The stall is surrounded on three sides with benches, so while making room for other customers, I ended up being surrounded by the locals.  They gave me a lot of advice, such as that Naka-chan has large portions (so always ask for a half serving) and which dishes are yummy.  And yes, I had my fill of shochu!
Mentaiko and egg
Oden
Fishballs and other surimi products are originally from Kyushu.  The locals especially urged me to try “Gyoza-maki” (yep, a gyoza wrapped in surimi)
Being seated near locals meant that they shared their dishes with me.  Yum yum!
 Horumon Yaki (stir fried pork intestines)
Yamaimo Teppan yaki
Ground Yamaimo grilled like a pancake, similar but fluffier than an okonomiyaki
A view inside Naka-chan’s counter
I thought it hilarious to see a huge neon sign for “Ukon no Chikara” (“the power of cumin”). This drink is said to relieve hangovers – how fitting to put a neon sign right near the bars!
All of the major areas of Hakata are quite close to each other – I could walk from my hotel to Tenjin, passing through Nakasu. Here is a view of the Nakasu food stalls.

Hakata is also famous for pork bone soup ramen. It surprises me that most Westerners now consider pork bone soup to be the only soup for ramen – it was not that popular in Japan until a few years ago. Ippudo, which also has stores in the US, started in Hakata.

And yes, I went to Ramen Stadium in Canal City (a shopping center) to eat my ramen.

The ramen was yummy, but honestly, I can get good pork bone soup ramen in Kobe now. On the other hand, I had a blast at the food stalls!!
I’m finally done with my trip to Hakata. Hope you enjoyed my trip as much as I did!
xoxo, K
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Welcome to Dazaifu Tenmangu, where students go to pray

On my way back from Nagasaki, I went to Dazaifu.

One of the major attractions of Dazaifu is Dazaifu Tenmangu, a shrine built over the grave of Sugawara no Michizane.  It is considered the most major shrine in Japan dedicated to schoolwork and better grades.

January, February and March are the major seasons for entrance exams in Japan, so there were a lot of students coming to pray.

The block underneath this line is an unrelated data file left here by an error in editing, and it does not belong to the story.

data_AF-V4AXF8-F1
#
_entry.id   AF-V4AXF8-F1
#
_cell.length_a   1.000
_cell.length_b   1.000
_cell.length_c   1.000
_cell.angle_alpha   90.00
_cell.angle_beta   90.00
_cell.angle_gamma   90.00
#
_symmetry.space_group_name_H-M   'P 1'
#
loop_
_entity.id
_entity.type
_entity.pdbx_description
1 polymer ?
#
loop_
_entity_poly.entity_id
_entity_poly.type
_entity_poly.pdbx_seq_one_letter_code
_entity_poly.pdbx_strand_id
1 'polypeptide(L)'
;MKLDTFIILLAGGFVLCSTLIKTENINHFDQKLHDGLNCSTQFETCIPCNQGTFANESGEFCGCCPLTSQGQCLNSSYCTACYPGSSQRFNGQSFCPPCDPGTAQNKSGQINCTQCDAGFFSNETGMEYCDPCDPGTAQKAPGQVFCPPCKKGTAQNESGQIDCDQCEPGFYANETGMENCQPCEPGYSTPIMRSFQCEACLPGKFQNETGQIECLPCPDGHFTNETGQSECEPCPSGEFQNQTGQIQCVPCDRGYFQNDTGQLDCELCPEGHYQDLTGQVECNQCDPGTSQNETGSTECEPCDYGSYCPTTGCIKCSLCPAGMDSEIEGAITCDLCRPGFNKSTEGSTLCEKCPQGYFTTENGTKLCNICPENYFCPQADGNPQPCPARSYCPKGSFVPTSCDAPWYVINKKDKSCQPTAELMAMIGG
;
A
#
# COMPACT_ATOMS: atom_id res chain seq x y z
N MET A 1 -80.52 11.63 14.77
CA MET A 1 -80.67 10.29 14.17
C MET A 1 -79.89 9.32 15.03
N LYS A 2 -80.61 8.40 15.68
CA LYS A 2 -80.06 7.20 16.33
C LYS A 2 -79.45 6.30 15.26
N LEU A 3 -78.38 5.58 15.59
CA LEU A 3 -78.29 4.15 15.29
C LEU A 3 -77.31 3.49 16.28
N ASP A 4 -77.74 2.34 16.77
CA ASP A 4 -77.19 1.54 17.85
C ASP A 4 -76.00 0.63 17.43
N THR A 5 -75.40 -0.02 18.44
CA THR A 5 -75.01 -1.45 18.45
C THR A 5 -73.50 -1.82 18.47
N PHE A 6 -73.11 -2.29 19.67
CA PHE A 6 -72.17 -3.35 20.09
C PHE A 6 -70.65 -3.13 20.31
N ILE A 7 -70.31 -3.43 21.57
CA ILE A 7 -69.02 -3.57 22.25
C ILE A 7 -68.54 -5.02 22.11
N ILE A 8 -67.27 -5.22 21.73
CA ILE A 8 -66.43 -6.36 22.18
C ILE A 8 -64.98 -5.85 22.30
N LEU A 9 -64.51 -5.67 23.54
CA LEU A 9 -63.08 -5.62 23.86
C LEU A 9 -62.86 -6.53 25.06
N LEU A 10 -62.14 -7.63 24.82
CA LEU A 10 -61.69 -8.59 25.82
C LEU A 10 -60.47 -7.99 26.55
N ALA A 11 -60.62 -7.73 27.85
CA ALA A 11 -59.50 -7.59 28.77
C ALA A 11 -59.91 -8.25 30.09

There was a HUGE space to buy lucky charms – a sign that this place becomes PACKED.
I was in city during the annual Sumo games in Fukuoka. The Fukuoka games are known for being very supportive of locally born professional sumo wrestlers. These flags with local sumo wrestler’s names on them were prominently displayed in Dazaifu.

My last post about my trip to Kyushu is coming up – the food post!

xoxo, K

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Welcome to Hakata, Fukuoka – Sumiyoshi Shrine and Ohori Park

Continuing my trip in Hakata, I next went to Sumiyoshi Shrine. Along with Sumiyoshi Taisha in Osaka and Sumiyoshi Shrine in Shimonoseki city, this shrine is considered one of the 3 major Sumiyoshi shrines in Japan.

Because I went during Shichi-Go-San, there were lots of families having their children blessed. Shichi-Go-San is a festival for children to celebrate their growth.

I next went to Ohori Park. This park was once the outer moat for Fukuoka Castle (which no longer exists), and is basically a huge lake with some small islands in the middle.

It was just amazing to see this huge body of water in the middle of a major city!

This bridge takes you to 2 small islands in the middle of the lake.

There were many people running along the outer edge of the lake, including students in sports teams. The track was probably around 3 km.  I would run every day along that track if I could!

Next up – my trip to Nagasaki!

xoxo, K